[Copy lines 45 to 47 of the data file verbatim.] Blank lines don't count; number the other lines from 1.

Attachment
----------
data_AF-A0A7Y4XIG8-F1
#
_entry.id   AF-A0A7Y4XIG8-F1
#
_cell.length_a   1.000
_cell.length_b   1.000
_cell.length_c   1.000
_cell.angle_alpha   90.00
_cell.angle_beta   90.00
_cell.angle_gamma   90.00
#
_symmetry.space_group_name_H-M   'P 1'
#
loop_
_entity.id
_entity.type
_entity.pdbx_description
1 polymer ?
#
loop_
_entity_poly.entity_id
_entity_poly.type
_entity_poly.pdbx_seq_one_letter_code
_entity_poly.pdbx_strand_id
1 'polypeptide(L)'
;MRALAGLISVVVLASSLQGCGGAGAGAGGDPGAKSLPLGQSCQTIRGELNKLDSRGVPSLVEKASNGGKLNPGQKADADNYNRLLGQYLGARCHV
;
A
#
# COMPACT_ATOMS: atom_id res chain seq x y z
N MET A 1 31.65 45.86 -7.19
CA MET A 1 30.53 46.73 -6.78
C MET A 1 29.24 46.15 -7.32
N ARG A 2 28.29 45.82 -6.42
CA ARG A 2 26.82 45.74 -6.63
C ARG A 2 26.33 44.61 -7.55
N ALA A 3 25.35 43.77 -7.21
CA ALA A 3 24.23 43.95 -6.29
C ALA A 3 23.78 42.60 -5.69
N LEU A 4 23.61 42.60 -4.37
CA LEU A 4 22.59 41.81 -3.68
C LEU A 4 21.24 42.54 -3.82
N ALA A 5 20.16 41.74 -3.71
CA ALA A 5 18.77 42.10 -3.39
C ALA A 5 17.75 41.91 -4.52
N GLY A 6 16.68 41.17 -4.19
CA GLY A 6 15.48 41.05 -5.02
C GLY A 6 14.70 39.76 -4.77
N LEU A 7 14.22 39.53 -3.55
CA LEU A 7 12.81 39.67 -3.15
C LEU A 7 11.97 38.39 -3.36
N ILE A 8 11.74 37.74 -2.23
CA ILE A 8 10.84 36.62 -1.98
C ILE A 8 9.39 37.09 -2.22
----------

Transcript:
C ALA A 5 17.75 41.91 -4.52
N GLY A 6 16.68 41.17 -4.19
CA GLY A 6 15.48 41.05 -5.02